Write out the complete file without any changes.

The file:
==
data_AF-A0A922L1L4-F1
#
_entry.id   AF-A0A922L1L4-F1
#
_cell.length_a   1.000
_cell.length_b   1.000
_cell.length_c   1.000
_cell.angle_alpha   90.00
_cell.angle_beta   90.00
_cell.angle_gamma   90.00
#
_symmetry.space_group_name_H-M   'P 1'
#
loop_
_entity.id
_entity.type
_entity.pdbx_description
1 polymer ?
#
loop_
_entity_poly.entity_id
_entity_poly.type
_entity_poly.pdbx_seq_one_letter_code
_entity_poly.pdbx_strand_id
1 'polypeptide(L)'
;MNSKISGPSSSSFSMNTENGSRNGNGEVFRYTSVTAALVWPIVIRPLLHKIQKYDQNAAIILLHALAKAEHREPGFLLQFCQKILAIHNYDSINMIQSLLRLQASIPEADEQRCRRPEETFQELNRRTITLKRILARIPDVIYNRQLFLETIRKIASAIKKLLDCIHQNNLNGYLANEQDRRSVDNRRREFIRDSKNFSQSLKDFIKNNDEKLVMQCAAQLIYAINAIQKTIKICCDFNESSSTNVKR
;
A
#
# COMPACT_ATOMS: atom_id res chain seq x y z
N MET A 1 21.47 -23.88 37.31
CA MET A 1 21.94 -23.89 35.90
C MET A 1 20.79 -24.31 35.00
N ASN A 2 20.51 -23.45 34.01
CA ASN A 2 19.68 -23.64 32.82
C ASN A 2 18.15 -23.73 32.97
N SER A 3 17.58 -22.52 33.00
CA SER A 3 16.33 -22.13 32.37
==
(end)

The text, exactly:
data_AF-A0A922L1L4-F1
#
_entry.id   AF-A0A922L1L4-F1
#
_cell.length_a   1.000
_cell.length_b   1.000
_cell.length_c   1.000
_cell.angle_alpha   90.00
_cell.angle_beta   90.00
_cell.angle_gamma   90.00
#
_symmetry.space_group_name_H-M   'P 1'
#
loop_
_entity.id
_entity.type
_entity.pdbx_description
1 polymer ?
#
loop_
_entity_poly.entity_id
_entity_poly.type
_entity_poly.pdbx_seq_one_letter_code
_entity_poly.pdbx_strand_id
1 'polypeptide(L)'
;MNSKISGPSSSSFSMNTENGSRNGNGEVFRYTSVTAALVWPIVIRPLLHKIQKYDQNAAIILLHALAKAEHREPGFLLQFCQKILAIHNYDSINMIQSLLRLQASIPEADEQRCRRPEETFQELNRRTITLKRILARIPDVIYNRQLFLETIRKIASAIKKLLDCIHQNNLNGYLANEQDRRSVDNRRREFIRDSKNFSQSLKDFIKNNDEKLVMQCAAQLIYAINAIQKTIKICCDFNESSSTNVKR
;
A
#
# COMPACT_ATOMS: atom_id res chain seq x y z
N MET A 1 21.47 -23.88 37.31
CA MET A 1 21.94 -23.89 35.90
C MET A 1 20.79 -24.31 35.00
N ASN A 2 20.51 -23.45 34.01
CA ASN A 2 19.68 -23.64 32.82
C ASN A 2 18.15 -23.73 32.97
N SER A 3 17.58 -22.52 33.00
CA SER A 3 16.33 -22.13 32.37